Feijoa variety favourites

A wide range of feijoas are available. Some varieties are self-fertile, but even self-fertile varieties will produce heavier and more regular crops if they are pollinated by other varieties. Plant at least two different varieties to extend your season and ensure a better harvest.

When should I plant
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  • Harvest in 2-3 years



An early season variety with lush dark green leaves on a very attractive plant. It produces exceptionally sweet round fruit. Needs a pollinator. The tree is quite vigorous, with large deep green foliage.


A vigorous and productive variety that produces a medium to large oval fruit with smooth, thin, light green skin. Ripens mid to late season. Flavour very pleasant, quality excellent. This is an upright, spreading tree that will grow up to 2.5 metres tall. Semi self-fertile.


A relatively new dwarf variety, with thin edible skin surrounding sweet aromatic pulp bursting with flavour. Bambina is a good choice when planting in a pot. Self-fertile.


Kaiteri is a quick-growing feijoa that produces an early crop of large, super sweet fruit. Needs a pollinator. The tree is reasonably vigorous, upright with large rounded leaves.


Named after the Maori word for the colour green, this very early season variety produces sweet large fruit. Needs a pollinator.


Produces large, soft, round to oval fruit, with thick, somewhat wrinkled skin. The flesh is slightly gritty, and the quality and flavour are very good. A strong growing tree of upright habit, it will grow up to 3 metres tall. Bears larger fruit with a pollinator (Triumph is a good option).


Produces medium to large sized oval fruits with firm skin, juicy and moderately soft flesh and an excellent sharp flavour. Flesh somewhat gritty but with good seed-to-pulp ratio. Ripens late in the season. Good pollinator for Mammoth. Needs a pollinator.


An early season, prolific bearer of fruit from a young age. This variety produces medium sized fruit with smooth, soft, and juicy flesh. A truly self-fertile variety.

Wiki™ Tu

Producing huge fruit on a dwarf growing (2.5m), Wiki™ Tu is an easily managed, slow growing tree. The sweet and meaty fruit has a firm texture and good keeping qualities. A mid-late season fruiting variety, it is partially self fertile, though is best with another variety nearby for cross pollination.

Opal Star

A late season variety with smooth dark skin and a lovely rich and aromatic flavour. Opal Star is a compact, slow growing plant that has bushy habit making it an ideal variety for home gardens, especially for hedging.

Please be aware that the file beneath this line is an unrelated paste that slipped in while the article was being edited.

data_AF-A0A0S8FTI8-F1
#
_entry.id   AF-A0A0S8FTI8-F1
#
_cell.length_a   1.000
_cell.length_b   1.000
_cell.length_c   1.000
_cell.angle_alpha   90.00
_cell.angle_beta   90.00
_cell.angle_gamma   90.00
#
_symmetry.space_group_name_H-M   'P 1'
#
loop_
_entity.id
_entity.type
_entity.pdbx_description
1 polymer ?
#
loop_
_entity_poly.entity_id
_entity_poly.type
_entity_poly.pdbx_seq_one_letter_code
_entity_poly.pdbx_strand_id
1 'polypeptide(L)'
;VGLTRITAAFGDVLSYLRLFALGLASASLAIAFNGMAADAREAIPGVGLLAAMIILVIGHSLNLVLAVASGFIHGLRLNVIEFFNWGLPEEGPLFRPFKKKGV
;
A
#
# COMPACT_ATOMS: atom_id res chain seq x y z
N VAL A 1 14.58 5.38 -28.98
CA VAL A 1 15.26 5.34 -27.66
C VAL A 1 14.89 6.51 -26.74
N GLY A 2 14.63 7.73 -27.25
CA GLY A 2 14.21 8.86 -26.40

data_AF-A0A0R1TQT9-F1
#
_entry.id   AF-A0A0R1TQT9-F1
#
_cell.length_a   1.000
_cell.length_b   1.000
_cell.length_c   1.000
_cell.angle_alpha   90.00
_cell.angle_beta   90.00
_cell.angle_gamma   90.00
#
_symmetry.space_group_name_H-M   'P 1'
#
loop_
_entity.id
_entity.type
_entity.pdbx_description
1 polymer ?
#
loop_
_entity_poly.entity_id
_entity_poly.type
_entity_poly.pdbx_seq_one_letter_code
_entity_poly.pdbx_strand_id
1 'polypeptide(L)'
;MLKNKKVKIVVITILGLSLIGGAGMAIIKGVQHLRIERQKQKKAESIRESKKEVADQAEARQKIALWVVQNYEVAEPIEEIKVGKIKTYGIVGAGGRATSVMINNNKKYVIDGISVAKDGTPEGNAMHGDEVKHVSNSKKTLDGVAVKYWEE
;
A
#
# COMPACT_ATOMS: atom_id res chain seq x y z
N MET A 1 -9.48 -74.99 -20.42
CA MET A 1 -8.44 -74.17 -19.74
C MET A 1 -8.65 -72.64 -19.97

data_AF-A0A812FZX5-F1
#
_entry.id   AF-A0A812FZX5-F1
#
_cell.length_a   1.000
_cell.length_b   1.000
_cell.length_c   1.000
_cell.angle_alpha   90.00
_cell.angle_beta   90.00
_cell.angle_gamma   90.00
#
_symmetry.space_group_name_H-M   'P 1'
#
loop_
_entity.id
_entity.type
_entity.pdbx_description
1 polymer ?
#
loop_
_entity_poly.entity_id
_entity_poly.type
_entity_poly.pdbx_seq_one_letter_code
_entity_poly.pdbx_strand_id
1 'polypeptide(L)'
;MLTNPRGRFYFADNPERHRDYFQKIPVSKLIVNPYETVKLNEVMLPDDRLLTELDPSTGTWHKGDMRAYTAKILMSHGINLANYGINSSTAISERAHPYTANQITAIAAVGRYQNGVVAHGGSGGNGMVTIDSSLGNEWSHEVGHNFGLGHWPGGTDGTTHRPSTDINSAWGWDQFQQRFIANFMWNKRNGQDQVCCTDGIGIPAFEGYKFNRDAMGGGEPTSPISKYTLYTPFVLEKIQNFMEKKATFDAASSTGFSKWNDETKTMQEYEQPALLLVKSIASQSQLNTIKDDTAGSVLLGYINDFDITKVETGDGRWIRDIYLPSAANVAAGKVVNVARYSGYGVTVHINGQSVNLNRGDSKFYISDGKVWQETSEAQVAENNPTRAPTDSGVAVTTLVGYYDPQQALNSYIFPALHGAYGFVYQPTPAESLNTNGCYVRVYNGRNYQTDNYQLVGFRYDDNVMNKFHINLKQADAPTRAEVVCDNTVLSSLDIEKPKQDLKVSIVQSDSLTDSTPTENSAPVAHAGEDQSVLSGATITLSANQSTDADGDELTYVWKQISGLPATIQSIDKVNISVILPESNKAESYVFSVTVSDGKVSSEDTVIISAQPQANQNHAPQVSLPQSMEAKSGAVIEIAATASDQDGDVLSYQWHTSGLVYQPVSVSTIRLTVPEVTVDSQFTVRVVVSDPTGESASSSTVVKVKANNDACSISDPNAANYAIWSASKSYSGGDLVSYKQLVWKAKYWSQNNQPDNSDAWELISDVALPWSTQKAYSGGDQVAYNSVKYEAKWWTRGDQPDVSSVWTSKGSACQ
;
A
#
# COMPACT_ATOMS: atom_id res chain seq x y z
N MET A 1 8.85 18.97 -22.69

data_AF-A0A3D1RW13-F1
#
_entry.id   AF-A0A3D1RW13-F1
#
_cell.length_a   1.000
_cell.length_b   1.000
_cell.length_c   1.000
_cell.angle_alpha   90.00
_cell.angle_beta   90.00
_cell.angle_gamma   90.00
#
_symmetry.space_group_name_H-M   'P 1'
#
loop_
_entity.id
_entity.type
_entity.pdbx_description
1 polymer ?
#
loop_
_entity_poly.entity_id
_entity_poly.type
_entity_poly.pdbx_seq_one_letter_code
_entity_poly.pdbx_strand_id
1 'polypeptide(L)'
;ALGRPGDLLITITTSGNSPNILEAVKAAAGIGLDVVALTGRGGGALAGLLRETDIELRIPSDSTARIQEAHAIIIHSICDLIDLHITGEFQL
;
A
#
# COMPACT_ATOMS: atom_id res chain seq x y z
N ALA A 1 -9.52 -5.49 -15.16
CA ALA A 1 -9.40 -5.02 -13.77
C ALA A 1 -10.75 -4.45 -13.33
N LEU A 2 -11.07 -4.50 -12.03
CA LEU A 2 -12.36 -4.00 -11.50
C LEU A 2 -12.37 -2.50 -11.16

Top Tips

  • Later ripening varieties include Opal Star, Wiki™ Tu and Triumph.
  • For hedging Anatoki, Apollo, Kaiteri, Kakariki, Mammoth, Triumph and Unique are all great options. We would suggest planting a mixture of varieties to provide cross pollination with each other, and to spread the harvest season with early, mid and late ripening varieties.
  • If you're looking for a smaller tree, Wiki Tu is a great smaller growing tree (with big fruit), however any variety can be pruned hard to keep the size constrained.

Find out how to grow your own feijoas here!

Photo credit - feijoa variety images: Waimea Nurseries.

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Feijoa variety favourites Comments

  • Yum! I LOVE this fruit .. would like to win a tree

    Gaye-Eleanor Waide

    • Hi there, with a cross pollinator. Which variety would you recommend for Kaiteri, Kakariki and Wiki Tu please or could all 3 cross pollinate each other? also are they okay to espalier? Thank you.

      Chico Timoti

  • Hi. This tui email is always full of information and tips. I get most of my info from this email. I watch Tony on Kiwi Living also. Thank you for all the help you give.

    Wendy McKay

  • Unique would be lovely in our garden

    Karen Winterson

  • When you say needs a cross pollinater does that mean you need to plant another variety nearby? Regards Kate

    Kate Franchj

  • Hi Kate, thanks for your message. Yes that is correct for feijoa trees that aren't self-fertile. Even self-fertile varieties will produce heavier and more regular crops if they are pollinated by other varieties. Plant at least two varieties to extend your season and ensure a better harvest. Thanks, Tui Team.


  • Hi Wendy, thanks for your message. That's fantastic to hear, we are glad we are helping you in your garden! Thanks for your feedback. Jenna - Tui Team.


  • Do feijoa trees need pruning each year and do they fruit on the new growth only.


  • Hi Maureen, a light trimming in autumn after fruit is harvested will encourage new growth and increase yields the following year. Thinning the plant also permits easier harvesting and allows bird pollination, wind movement and sunlight in for fruit ripening. Thanks - Tui Team.


  • I grew one Feijoa Unique in Wellington, and the fruit was superb - fleshy and sweet. Left it behind when we moved 18 months ago, but looking to buy another. Dot

    Dot and Ted Piner

  • What age do feijoas fruit?


  • Hi, Can you please tell me if any of these varieties are better for hedges than the others? Many thanks